How your attorney decides the exact dollar value of your claim

In an earlier post, we briefly discussed how an attorney starts to determine the value of a personal injury claim. Eventually, your attorney has to decide exactly what figure to ask for in compensation.

This figure has to be justified in some way in relation to your injuries, however, if you expect to collect. Here's how your attorney might start to figure out the exact dollar amount to use for your claim:

Don't give permission to search your personal electronic devices

What should you do if a police officer asks if it's okay to look at your smartphone, tablet or laptop?

An officer or detective may ask your permission in the tone that implies that asking is merely a courtesy, but make no mistake -- if the police had the right to look at your smartphone or other electronic device without your permission, they wouldn't be asking. Do not surrender that right without first speaking to an attorney.

Youthful mistakes can result in a lifelong criminal record

The teen years and young adulthood are a time of learning and growth. For many people, the way that major life lessons develop is through mistakes. Most of the time, those mistakes and the consequences they bring are minor. In some cases, however, if you break the law and get caught, a youthful mistake can change your life. Whether you were doing something reckless in a vehicle, experimenting with drugs, trying your hand at graffiti art or breaking into someone's house to play a prank, you could end up facing serious criminal charges that could haunt you for the rest of your life.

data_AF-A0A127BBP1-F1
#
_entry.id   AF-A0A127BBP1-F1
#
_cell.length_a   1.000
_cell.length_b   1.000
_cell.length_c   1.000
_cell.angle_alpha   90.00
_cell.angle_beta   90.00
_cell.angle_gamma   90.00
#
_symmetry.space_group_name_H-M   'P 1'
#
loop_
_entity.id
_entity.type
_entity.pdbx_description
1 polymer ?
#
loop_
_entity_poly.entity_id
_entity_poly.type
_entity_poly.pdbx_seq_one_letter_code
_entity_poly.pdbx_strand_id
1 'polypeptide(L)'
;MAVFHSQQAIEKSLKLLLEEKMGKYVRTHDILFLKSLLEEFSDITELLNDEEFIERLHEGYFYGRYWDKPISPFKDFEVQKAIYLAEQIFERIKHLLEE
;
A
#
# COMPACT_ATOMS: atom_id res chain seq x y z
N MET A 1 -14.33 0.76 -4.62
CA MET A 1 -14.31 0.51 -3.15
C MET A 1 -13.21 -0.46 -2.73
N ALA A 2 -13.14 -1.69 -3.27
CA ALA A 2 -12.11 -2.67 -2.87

You may hope that the courts will show leniency if you are young and your crime was the result of a simple mistake. Sadly, many young people who assume they will receive light punishments learn that lesson the hard way, too. If you are facing criminal charges for any reason, you need to speak with an experienced Louisiana criminal defense attorney as soon as possible. Your attorney can review the details of your situation and help you develop the best possible defense strategy for your case. Working with an experienced attorney is your best option if you are facing criminal charges.

How do you determine what a personal injury claim is worth?

If you've been injured due to someone else's negligence, it's only natural to wonder what your lawsuit may be worth. Financial concerns are often a big worry for those who have been watching the bills pile up ever since their accident.

While your attorney is going to be your ultimate guide when it comes to placing a value on your personal injury case, the compensation you receive is largely determined by your injuries. Permanent injuries are compensated more heavily than temporary ones, and severe injuries are compensated more heavily than mild ones.

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Lake Charles, LA 70601

Phone: 337-433-1621